Mental health disorders

Adolescence is an exciting, energetic time of turbulence, change and transition.

It could be said that, psychologically, the developmental tasks of adolescence are the same as toddlerhood with sex thrown in. Key elements in the teens are transition from one stage to another (physically, mentally and socially); relationships and preparation for leaving childhood behind; and taking your place in the adult world of work and social responsibility.
Society has become much more aware of ‘mental health issues’, and rightly so. Evidence and experience shows us that feeling mentally unhealthy is on the increase in the Western World.   Sometimes, though, this has meant that there is confusion about the difference between what is a problem needing intervention and the normal lows, life phases, hormonal and emotional ups and downs of life. It can even seem that having mental health issues is ‘the acceptable norm’. But just because there is a lot of something doesn’t mean it’s cool or right, or ok to be struggling without actually doing something to restore positive emotional balance. Real happiness means we accept there are difficulties in life and find ways to accommodate those difficulties, so then we are freed up to be positive. Living our lives in the most enhancing way possible is the rightful ‘normal’.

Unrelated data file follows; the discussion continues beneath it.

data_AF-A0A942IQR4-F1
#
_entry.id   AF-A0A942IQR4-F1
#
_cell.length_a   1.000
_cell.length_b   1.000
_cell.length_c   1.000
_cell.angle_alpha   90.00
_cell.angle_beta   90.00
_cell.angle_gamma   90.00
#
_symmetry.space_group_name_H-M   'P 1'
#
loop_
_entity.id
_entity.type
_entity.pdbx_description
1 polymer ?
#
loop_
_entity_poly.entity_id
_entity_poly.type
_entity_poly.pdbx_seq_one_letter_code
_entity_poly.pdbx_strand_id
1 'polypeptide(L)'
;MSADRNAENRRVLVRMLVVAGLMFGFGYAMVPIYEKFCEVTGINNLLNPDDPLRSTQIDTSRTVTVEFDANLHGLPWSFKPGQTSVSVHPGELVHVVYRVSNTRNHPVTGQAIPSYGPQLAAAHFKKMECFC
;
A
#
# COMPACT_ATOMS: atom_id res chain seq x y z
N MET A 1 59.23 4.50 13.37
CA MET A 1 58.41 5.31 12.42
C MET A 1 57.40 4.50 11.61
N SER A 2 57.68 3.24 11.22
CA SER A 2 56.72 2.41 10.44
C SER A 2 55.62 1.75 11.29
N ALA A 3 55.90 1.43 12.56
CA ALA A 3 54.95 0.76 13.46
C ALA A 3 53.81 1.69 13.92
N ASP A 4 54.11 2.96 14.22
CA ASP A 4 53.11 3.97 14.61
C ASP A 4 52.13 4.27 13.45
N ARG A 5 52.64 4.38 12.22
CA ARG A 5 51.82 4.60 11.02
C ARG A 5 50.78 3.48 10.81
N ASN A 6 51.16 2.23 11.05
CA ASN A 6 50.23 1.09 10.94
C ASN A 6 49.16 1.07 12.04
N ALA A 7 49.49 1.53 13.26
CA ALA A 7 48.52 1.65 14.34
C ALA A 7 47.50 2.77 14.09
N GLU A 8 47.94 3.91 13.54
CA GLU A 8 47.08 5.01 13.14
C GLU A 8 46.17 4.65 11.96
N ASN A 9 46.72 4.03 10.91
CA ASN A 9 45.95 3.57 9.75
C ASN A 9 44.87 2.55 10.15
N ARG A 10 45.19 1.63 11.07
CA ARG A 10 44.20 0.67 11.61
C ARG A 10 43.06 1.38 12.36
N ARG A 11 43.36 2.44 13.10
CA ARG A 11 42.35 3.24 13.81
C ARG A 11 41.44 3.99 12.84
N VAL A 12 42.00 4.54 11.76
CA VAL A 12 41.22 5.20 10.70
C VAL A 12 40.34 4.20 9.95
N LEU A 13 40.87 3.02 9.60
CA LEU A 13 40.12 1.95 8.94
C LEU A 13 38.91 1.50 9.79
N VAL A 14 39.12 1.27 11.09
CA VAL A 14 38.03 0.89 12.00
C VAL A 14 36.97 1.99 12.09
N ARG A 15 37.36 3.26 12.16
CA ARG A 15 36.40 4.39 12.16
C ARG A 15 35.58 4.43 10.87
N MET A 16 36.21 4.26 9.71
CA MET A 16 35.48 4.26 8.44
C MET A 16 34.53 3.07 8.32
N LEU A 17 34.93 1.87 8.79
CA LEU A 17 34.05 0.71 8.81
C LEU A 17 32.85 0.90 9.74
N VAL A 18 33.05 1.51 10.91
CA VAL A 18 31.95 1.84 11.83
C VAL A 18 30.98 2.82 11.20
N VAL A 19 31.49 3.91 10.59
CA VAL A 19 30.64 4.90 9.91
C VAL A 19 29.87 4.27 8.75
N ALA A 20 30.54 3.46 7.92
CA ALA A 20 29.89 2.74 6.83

It is common in adolescence, however – this time of huge challenge and change where there is so much developmental work for the teenage psyche to be doing – for things to often get stressful and our emotions and minds feel swamped and disoriented, sometimes to the extent of harmful behaviours which express underlying and overwhelming distress.

This section contains a summary of some of the coping mechanisms (disorders) that actually lead to emotional ill-health and need to be replaced with healthier approaches to managing life and stress. The Royal College of Psychiatrists also has some very useful factsheets and the NHS website has a useful section ‘Young People and Mental Health‘.

All this information is helpful for you or to understand what a friend might be going through if you suspect they are depressed, seriously anxiousnot eating healthily, are self-harming or even thinking about death.